I’m not immune. I spent quite a bit of time reading about meta-ethics and majored in philosophy for my undergraduate degree. I also have a law degree which I believe added quite a bit of nuance to my understanding of morality and our overall circumstance in general. But I don’t claim to be as expert as philosophers who regularly publish in meta-ethics. I specifically remember reading Richard Joyce and thinking along the lines “Why is he so tame in his conclusions? He can argue for a much stronger conclusion with the reasoning he uses!” I may have even dropped him an email asking him why. I think that was several years ago and I haven’t heard back…. yet. I suspect he is aware of some concepts that keeps his conclusions a bit more modest.
But anyway if you think a person is too boring and doesn’t argue as strongly as you like, it may be that person is actually just more informed and competent than the guy who seems very confident and convincing but is really just dodging the important questions, repeating assertions, bullying, and spewing bulverism.
Both sides of an argument can be that way. So the same advice applies to Christians who are reading other Christian Apologists. Your brain may get a more pleasing chemical cocktail by reading others who confidently restate conclusions you agree with, than it does by those who are not so enthusiastic. But the less enthusiastic author is likely more informed and I believe more likely to pass on some more trustworthy wisdom.
Nice post. I think we must always acknowledge the possibility that we are wrong. I like Socrates’s quote, “I know that I know nothing.” I think it’s interesting how two people who disagree can both be so confident that they are right, and yet one of them must be wrong. I like how you ask me to justify the claims I make. I think a lot of atheists like Richard Dawkins and Sam Harris aren’t all that great at philosophy.
I will say that a draft of this blog did talk about those 2 in particular. I decided to leave that out. I really just want people to recognize the biases and make their own observations.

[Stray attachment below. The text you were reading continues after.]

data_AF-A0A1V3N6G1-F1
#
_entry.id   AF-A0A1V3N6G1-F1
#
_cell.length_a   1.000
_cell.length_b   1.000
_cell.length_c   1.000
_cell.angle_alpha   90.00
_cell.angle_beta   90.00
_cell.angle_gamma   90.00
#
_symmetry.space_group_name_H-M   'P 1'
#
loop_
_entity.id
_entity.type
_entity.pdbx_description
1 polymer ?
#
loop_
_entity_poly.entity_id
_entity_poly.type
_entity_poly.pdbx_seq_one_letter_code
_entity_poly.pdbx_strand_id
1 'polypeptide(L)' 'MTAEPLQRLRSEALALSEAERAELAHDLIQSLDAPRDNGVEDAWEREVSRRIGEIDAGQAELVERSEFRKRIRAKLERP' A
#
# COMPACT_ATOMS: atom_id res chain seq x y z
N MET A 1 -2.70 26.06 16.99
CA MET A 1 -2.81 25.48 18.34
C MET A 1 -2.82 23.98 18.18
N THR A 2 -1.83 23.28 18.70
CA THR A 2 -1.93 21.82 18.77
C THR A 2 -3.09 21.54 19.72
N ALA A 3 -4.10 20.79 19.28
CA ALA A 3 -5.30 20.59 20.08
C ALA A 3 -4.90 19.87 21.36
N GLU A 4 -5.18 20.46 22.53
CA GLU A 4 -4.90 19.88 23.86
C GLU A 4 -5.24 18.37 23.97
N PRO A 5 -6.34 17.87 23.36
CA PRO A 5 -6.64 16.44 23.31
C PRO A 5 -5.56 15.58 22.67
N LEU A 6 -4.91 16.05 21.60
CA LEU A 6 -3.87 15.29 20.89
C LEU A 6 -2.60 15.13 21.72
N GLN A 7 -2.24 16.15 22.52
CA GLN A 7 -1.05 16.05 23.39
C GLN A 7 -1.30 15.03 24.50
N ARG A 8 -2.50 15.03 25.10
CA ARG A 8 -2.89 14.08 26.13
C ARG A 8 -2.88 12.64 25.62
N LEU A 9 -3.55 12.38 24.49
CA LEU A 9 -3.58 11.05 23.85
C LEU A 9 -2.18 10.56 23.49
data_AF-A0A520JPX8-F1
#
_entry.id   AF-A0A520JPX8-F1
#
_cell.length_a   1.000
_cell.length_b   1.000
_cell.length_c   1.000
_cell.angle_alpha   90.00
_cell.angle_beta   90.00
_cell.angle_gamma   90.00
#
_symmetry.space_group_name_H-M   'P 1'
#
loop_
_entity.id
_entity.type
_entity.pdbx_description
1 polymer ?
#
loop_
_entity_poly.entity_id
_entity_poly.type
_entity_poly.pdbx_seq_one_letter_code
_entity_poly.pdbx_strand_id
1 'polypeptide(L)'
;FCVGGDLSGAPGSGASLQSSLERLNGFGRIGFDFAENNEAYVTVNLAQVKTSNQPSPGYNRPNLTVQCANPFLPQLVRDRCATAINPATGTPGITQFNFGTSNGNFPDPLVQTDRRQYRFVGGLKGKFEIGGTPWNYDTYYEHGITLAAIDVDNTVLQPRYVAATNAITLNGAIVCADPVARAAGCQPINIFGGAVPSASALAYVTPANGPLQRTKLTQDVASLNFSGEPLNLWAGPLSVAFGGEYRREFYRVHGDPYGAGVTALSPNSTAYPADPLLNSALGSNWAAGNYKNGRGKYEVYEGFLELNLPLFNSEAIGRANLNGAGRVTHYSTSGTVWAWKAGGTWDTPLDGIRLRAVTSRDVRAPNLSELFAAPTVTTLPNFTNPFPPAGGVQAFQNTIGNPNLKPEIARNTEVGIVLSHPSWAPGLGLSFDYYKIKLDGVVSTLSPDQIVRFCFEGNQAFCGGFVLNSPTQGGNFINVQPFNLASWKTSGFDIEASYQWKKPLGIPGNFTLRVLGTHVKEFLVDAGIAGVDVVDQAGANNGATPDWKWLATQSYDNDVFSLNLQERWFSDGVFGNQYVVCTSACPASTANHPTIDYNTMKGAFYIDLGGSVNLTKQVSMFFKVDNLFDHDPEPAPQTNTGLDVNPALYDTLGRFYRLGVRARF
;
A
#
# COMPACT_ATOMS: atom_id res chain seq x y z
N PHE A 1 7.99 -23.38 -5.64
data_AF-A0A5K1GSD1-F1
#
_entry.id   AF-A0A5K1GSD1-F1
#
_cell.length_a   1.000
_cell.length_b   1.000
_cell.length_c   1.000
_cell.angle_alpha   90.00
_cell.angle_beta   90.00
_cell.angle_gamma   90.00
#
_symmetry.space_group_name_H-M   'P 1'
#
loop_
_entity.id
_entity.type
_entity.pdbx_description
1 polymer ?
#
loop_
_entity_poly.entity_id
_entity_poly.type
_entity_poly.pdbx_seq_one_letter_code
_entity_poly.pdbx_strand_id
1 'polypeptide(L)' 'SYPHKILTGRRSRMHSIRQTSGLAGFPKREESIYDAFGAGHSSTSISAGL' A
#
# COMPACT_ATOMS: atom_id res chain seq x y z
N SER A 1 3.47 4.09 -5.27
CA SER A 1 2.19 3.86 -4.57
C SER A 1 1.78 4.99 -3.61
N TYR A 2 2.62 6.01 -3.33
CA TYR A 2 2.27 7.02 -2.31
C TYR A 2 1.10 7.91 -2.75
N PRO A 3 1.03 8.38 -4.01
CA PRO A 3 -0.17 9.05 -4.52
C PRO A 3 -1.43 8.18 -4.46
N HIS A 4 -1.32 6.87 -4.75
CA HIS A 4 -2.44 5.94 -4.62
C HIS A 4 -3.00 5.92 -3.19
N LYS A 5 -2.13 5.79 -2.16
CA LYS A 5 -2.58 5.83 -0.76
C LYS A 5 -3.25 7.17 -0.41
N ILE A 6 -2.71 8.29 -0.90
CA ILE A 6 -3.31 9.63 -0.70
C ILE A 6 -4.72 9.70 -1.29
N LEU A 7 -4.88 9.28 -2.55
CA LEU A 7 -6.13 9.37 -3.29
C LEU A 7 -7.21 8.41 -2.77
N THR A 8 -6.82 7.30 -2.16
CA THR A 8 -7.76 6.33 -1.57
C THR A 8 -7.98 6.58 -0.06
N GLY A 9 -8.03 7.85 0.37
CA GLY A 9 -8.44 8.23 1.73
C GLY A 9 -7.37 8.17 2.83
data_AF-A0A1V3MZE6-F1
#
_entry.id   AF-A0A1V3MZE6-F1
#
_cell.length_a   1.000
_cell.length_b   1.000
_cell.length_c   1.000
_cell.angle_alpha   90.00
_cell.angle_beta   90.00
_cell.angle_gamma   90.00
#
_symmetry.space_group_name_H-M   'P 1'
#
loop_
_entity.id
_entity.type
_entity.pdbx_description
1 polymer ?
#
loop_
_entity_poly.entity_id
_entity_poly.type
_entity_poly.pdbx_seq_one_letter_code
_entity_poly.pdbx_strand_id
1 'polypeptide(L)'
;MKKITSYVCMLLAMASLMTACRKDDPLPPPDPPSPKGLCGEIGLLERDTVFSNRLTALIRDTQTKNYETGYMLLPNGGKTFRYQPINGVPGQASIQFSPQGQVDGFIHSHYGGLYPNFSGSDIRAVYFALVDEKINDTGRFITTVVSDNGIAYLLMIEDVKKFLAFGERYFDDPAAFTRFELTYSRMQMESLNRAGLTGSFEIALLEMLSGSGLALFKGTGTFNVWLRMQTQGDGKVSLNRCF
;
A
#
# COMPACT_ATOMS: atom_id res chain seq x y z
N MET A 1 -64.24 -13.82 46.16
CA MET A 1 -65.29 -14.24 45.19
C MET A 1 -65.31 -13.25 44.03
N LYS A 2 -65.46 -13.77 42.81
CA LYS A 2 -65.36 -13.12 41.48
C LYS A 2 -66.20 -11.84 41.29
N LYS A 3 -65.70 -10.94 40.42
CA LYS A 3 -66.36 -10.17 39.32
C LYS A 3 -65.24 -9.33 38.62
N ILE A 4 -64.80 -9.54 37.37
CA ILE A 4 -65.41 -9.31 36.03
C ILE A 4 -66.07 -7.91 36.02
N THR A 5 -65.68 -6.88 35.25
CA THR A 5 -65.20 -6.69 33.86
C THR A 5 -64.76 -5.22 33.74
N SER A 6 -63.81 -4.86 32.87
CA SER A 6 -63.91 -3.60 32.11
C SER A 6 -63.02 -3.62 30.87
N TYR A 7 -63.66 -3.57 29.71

I think this is really a spectrum. We can all fall for or employ these biases to some extent. The point is to try to limit it and also to recognize those blogs where the authors are really just repeatedly employing tactics which play on our biases rather than giving us new ideas or evidence to think about.
I will say I think your blog is a great place for reasoned debate and discussion. You set out reasons for believing what you do as clearly as possible and allow them to stand or fall without resorting bias manipulation. I think other atheists that post here do as well.
It’s just something I always consider as I read blogs or other materials. Am I really getting new ideas or evidence or am I just getting overconfident assertion?
One blog would literally just repost memes. And it had quite a few followers. The person would almost never discuss the slogans or even respond when the quotes were shown to be inaccurate. He posted so many that the comment section was worthless.
“I will say I think your blog is a great place for reasoned debate and discussion. You set out reasons for believing what you do as clearly as possible and allow them to stand or fall without resorting bias manipulation. I think other atheists that post here do as well.”
Thanks! I think your blog is a great place for reasoned debate and discussion too. I’ve really enjoyed discussing philosophy with you. You’ve caused me to put a lot more thought into certain topics.
“One blog would literally just repost memes. And it had quite a few followers. The person would almost never discuss the slogans or even respond when the quotes were shown to be inaccurate. He posted so many that the comment section was worthless.”
Yeah, I’m always surprised by how much of a following one can get just from preaching to the choir.
You Stated — “I think we must always acknowledge the possibility that we are wrong. ”
My Question — Are you wrong in thinking that we should always do that?
It’s possible 🙂
Philosopher polling is inherently unreliable. I suspect that you would consider most of those who responded “realist” to be heretics (on realism, that is),:)
Could be unreliable. I am basing that statement on this:
Not sure why you think I would say they are heretics on moral realism? Do you think I have a view of what that means outside the field? Or do you think they would have a strange view that is outside the field?
When you pose a closed-ended question to a crowd which is prone to disagree on definitions, you should doubt your data.
But, to immediately reference that dubious data, most of the respondents also endorsed naturalism as well as physicalism in philosophy of mind. So, most would presumably endorse some naturalism + moral realism combo, which you seem to argue against.
I actually agree with you there. I think that combo has too many problems with the prescriptive aspect of morality.
I am not too surprised at the percentages. Maybe I am a bit surprised at the number of philosophers who are not theists I thought maybe another 7% or so would be theists.